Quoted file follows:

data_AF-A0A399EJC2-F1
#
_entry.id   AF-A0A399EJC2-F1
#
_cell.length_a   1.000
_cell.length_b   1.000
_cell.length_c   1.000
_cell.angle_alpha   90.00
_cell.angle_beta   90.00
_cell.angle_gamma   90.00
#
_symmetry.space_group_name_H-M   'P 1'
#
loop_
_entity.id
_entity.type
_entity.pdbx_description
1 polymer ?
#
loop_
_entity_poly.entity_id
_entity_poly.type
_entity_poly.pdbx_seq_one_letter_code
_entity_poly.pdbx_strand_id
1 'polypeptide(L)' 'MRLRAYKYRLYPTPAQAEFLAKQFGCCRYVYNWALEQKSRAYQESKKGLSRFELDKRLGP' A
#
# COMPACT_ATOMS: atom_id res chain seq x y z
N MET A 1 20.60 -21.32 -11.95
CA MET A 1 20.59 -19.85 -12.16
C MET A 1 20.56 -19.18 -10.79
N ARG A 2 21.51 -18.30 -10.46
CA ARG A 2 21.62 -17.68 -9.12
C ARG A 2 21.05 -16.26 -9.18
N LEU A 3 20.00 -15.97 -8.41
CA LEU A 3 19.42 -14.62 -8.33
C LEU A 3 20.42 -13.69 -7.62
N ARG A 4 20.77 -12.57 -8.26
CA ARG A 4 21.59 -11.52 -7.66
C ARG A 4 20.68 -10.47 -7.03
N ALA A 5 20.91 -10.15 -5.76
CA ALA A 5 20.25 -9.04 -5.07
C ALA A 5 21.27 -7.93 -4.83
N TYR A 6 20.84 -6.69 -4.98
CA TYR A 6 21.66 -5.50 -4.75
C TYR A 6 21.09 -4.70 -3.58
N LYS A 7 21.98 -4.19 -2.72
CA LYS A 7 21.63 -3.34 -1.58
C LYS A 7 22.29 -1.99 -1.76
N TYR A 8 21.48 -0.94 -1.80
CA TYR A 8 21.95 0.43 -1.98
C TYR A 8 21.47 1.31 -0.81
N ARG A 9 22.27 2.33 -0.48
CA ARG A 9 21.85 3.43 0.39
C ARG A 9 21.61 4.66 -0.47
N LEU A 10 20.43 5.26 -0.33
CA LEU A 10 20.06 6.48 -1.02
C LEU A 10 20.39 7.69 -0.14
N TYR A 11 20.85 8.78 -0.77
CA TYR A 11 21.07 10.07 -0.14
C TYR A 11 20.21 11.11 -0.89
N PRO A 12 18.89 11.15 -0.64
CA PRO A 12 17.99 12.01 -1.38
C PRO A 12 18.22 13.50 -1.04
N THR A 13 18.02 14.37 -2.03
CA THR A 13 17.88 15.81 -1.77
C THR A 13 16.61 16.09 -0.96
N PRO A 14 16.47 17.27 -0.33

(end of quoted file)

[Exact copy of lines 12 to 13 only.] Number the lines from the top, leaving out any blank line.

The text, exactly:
_symmetry.space_group_name_H-M   'P 1'
#